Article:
Tuesday, 10 September 2013

Work Experience at the National Archives

This summer I had the amazing opportunity of completing a work experience placement at the National Archives in Kew, just outside of London. For any students of history - or even for anyone with just the slightest bit of interest in their family tree! - the National Archives is basically where all British records are carefully stored and archived, and can be accessed by the general public. The Archives houses some incredible documents, which I'll be demonstrating later on in this article.

Although I'm not necessarily certain I want to work for the National Archives as a career option, or anything like that, I thought that it'd be a great chance to see what it's like to work in Great Britain's most important archives, particularly because, as a student of history, you get the chance to come across some quite amazing things. The work experience itself included tasks such as:

Producing and returning original documents accurately from the repository floor to the reading rooms
Using computer systems to log and track document movements accurately
Working in a customer service environment
Learning how we preserve and care for documents
Learning about document relocation processes
Working as an effective member of a team

By far the most exciting part of the work experience came on my last day, when I was very kindly shown a sample of some of the Archives' most famous treasures, which I'm going to now share here. For me the real highlight was a letter written by the twenty-year old Princess Elizabeth Tudor to her sister, Queen Mary I, from the Tower of London in 1554 where she was housed as a traitor for her suspected role in the Wyatt rebellion:

Above: Elizabeth Tudor's letter to her sister Queen Mary, 1554, the Tower of London.

In it, Elizabeth promises that she is 'your Highness's most faithful subject, that hath been from the beginning, and will be to my end'. Most famously, she crossed half of the letter off to prevent an act of forgery.

Above: Elizabeth Tudor's signature to her sister.

It is difficult to underestimate just how crucial this letter was perceived to be by Elizabeth as a means of demonstrating her loyalty to her sister and proving her innocence. The Wyatt rebellion had severely challenged Queen Mary, showing to her her subjects' hostility to the prospect of a marriage with the Spanish king Philip and the intensity of fears about the restoration of Roman Catholicism. Elizabeth knew that this letter may have been her only chance of saving her life.

Above: Edward VIII's letter of abdication, 1936.

Another incredible document to see first-hand was King Edward VIII of England's letter of abdication in December 1936, when he notoriously gave up the English throne because he was forbidden to marry his lover, the American Wallis Simpson. For those of you who've seen the immensely enjoyable film The King's Speech, starring Colin Firth and Helena Bonham Carter, you'll know that the throne eventually passed to Edward's younger brother, George, who was, of course, the father of our present Queen. It's quite something, to understand that Edward was so besotted by Wallis that he was willing to give up the crown in order to marry her.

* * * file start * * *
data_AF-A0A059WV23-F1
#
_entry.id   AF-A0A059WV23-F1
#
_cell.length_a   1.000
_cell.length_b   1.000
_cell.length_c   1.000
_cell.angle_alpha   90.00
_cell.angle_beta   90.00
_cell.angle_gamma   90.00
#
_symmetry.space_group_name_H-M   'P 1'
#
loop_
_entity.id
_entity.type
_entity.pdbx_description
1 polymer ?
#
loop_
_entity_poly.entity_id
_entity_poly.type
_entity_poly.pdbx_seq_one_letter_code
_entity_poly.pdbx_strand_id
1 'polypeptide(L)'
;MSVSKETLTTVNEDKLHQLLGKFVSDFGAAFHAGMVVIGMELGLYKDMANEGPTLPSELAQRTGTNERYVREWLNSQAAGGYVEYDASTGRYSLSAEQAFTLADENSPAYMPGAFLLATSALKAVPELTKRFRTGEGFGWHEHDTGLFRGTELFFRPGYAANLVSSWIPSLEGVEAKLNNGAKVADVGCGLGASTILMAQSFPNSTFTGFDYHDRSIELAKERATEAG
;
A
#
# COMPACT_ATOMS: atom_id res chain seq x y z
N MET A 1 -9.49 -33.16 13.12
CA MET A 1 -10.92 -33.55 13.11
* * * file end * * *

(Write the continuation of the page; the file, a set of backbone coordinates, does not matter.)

Above: Hitler's signature on the eve of war, September 1939.

Another, perhaps more harrowing, document to see up close was a letter penned in German on the eve of the Second World War in 1939, signed by Adolf Hitler. The war, of course, was viewed as necessary both by Hitler as a means of extending Germany's power throughout Europe, and by the Allies as a means of combating Hitler's influence and increasing power which they feared and dreaded. The war took millions of lives, and comprised six years of brutality, savageness, murder and betrayal.

Above: American Declaration of Rights, 1776.

A less bleak and more awesome sight was that of the American Declaration of Rights, set forth in 1776, a period when many countries were beginning to shake off their allegiance to traditional monarchies and seek to establish their own rights (France, of course, was one). The Declaration has proved supremely controversial since it was passed, but one cannot deny that it was an incredible monument in America's history.

Above: the Pope confirms Henry VIII as Defender of the Faith, 1521.

It is surely ironic that the Pope chose to confirm King Henry VIII of England as Defender of the Faith in 1521 when, only six years later, that king would set in motion the processes which, by virtue of his divorce of Katherine of Aragon and marriage to Anne Boleyn, would culminate in the English Reformation, and shatter traditional religion in England forever. But no one could have foreseen that in 1521, and indeed, Henry reacted with horror and outrage to the spread of heresy by Martin Luther some years previously, and worked hard to establish himself as a devoted and traditional Christian. This earned him the approval and good-wishes of the Pope.

Above: Queen Mary and King Philip, 1554.

Mary Tudor's decision to marry the Spaniard Philip in 1554 alienated her from her English subjects, who viewed with alarm the possibility of a Spanish king consort on the English throne. The marriage itself was loveless and tragic, with the queen unable of bearing children, and she eventually died just four years after their wedding, alone and embittered. Yet these colourful documents convey a glamorous and united view of the marriage, representing peace and happiness between England and Spain, even if the reality was far darker.

Work experience at the National Archives was an excellent chance to view some of the most important and significant documents in global history up close. It was a great opportunity and I viewed some documents I never thought I'd have the opportunity of seeing.

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